MUMBAI: A detailed study of 644 sexual assault cases in Mumbai between 2008 and 2015, conducted by women’s rights organization Majlis, shows that an overwhelming proportion of the victims are minors.
“Apart from sexual assault, these adolescent girls also suffer from other vulnerabilities such as poverty and illiteracy. Many are from abusive homes. Some are orphans or are brought up by single parents. The rape adds to these vulnerabilities as many have to leave their education, move houses, get pregnant, suffer from injuries or contract HIV,” says Flavia Agnes, director, Majlis.
The study found that convictions were higher for victims aged under 10.
“The ratio between conviction and acquittal begins to change when the victim is in the age group of 11 and 15 years in favour of the accused, and becomes adverse in the age group of 16 and 18 years,” says the study.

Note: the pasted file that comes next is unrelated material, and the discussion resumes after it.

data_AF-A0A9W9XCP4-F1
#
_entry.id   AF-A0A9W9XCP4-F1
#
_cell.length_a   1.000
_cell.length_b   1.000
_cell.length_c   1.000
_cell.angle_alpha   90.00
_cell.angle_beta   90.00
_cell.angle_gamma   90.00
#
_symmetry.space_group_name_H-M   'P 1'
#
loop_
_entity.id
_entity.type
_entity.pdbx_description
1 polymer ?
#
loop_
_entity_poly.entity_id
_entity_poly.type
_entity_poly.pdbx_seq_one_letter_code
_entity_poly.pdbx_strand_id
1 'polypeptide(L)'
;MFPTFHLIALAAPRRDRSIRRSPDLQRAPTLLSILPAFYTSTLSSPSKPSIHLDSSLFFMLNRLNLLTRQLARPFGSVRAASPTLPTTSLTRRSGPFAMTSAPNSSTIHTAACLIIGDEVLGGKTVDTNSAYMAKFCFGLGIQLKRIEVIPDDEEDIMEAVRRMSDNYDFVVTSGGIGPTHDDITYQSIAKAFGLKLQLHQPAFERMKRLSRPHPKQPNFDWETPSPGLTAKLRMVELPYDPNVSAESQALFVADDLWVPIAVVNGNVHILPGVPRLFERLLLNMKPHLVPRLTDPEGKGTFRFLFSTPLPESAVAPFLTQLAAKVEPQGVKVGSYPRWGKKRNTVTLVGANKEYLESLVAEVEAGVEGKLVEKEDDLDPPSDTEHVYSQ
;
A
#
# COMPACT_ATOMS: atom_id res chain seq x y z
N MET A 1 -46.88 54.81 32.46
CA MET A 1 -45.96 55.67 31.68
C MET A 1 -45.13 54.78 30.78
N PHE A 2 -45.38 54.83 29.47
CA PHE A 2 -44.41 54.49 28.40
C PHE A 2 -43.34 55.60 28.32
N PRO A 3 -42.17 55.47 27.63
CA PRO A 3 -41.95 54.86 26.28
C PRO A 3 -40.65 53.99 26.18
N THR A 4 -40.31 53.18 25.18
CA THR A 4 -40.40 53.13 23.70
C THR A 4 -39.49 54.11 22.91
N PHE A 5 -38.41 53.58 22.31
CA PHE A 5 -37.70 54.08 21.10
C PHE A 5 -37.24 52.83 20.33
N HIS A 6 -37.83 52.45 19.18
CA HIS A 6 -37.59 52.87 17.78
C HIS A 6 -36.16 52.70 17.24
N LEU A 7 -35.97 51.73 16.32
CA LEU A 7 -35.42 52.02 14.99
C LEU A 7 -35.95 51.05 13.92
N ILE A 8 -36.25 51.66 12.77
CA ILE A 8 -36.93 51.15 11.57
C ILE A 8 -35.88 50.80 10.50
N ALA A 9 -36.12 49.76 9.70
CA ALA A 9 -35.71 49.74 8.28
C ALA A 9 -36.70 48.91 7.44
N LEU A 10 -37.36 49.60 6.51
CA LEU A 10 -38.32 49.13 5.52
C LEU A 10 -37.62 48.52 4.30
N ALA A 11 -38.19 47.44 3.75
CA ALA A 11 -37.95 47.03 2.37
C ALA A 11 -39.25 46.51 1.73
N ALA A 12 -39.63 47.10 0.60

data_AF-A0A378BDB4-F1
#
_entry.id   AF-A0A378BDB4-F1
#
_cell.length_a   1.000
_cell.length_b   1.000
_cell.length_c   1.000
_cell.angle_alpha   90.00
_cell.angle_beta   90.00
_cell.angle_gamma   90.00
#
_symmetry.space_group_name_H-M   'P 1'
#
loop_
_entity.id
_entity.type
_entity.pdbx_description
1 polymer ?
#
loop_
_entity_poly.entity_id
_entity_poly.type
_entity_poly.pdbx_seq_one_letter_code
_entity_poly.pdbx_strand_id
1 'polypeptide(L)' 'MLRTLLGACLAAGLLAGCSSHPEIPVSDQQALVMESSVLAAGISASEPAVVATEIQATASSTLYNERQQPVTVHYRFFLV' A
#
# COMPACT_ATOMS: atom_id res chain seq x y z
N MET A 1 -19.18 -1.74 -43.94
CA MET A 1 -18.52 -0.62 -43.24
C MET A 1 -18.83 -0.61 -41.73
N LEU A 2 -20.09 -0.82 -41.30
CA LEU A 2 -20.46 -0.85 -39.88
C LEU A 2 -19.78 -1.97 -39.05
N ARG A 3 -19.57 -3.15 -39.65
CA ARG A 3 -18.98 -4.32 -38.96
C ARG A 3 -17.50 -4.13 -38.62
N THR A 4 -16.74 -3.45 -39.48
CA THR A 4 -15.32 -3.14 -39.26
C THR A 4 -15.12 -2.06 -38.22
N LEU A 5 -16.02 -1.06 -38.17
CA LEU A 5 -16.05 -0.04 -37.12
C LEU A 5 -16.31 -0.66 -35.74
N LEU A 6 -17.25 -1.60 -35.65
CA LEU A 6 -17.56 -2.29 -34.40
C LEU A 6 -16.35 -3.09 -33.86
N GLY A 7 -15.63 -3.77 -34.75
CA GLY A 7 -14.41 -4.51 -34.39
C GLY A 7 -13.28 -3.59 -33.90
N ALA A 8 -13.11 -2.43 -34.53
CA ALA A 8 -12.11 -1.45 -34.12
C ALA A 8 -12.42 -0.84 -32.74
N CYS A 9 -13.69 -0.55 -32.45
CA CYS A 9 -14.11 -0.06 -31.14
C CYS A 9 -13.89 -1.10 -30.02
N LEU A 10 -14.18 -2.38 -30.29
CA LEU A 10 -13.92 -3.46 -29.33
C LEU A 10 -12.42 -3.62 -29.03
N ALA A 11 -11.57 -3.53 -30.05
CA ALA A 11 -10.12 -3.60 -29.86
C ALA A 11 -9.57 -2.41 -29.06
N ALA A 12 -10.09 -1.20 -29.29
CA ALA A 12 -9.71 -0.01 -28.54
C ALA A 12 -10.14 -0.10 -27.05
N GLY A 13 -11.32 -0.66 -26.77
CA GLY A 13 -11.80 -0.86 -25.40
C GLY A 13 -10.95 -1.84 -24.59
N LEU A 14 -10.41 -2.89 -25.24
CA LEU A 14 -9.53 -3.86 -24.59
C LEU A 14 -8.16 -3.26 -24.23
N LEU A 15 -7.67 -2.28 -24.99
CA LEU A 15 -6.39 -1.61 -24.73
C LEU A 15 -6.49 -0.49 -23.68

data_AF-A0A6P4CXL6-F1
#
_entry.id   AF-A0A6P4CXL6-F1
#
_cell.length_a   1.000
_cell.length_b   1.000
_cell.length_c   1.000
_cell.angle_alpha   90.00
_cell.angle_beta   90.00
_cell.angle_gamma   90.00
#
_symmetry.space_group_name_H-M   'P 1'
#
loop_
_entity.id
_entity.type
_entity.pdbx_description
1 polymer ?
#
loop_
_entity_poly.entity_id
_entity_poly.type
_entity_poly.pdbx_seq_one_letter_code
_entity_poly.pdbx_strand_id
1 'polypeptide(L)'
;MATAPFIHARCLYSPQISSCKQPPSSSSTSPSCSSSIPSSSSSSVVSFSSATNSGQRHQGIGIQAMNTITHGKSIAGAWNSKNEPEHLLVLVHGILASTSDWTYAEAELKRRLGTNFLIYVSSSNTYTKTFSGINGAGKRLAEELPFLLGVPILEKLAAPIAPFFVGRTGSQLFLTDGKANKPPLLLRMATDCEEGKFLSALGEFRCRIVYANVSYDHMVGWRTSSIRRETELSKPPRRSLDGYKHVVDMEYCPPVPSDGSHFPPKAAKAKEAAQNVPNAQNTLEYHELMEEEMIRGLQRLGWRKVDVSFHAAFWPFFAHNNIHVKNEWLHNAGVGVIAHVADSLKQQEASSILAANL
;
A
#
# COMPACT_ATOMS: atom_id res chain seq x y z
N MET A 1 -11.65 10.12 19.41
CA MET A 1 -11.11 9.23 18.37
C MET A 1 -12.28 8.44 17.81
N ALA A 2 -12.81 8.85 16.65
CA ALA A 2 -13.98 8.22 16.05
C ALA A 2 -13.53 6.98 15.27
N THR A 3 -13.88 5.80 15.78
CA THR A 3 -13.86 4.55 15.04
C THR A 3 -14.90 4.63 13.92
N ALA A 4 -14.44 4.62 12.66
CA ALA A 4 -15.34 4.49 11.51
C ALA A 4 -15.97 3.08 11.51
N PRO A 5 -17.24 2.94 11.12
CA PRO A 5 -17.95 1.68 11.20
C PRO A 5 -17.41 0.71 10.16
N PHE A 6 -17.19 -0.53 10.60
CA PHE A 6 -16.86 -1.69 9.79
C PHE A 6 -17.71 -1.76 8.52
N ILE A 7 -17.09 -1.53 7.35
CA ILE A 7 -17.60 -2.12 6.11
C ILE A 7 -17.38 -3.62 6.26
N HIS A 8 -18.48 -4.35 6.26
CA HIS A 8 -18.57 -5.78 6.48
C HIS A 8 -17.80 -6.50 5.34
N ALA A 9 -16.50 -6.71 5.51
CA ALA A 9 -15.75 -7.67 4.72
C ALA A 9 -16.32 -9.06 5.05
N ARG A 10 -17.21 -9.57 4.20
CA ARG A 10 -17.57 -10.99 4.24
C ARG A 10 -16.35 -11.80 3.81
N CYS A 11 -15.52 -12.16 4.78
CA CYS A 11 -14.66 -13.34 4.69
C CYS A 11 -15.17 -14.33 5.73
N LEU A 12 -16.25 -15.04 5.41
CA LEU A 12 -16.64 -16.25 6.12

By way of explanation, Agnes says this is largely because the justice system is more sympathetic towards minors, and girls under 10 are believed when they are assaulted. Older girls, on the other hand, often face character assassination from the accused.
She goes on to say that acquittals often result in further blaming of the victim, as these are labelled as false cases.
“The legal process serves to revictimize them. When a case ends in acquittal, due to lack of adequate support and systemic lapses, it causes further trauma and humiliation to the victim and pushes the already marginalized further down several rungs of the soco-economic ladder,” says Agnes.
The study shows an overwhelming number of cases where Majlis’s Rahat programme intervened have led to convictions.
While 68% of 154 judgments studied between 2011 and 12 led to acquittals, 68% of the 60 judgments in the past few years, in which the Rahat programme was involved, have led to convictions.
“While our own intervention is a significant factor, other contributory factors are a tilt in the approach of trial court judges during the post-December 2012 campaign towards victims in rape cases and the statutory changes which were brought about, especially the Pocso Act, 2012,” says Agnes.
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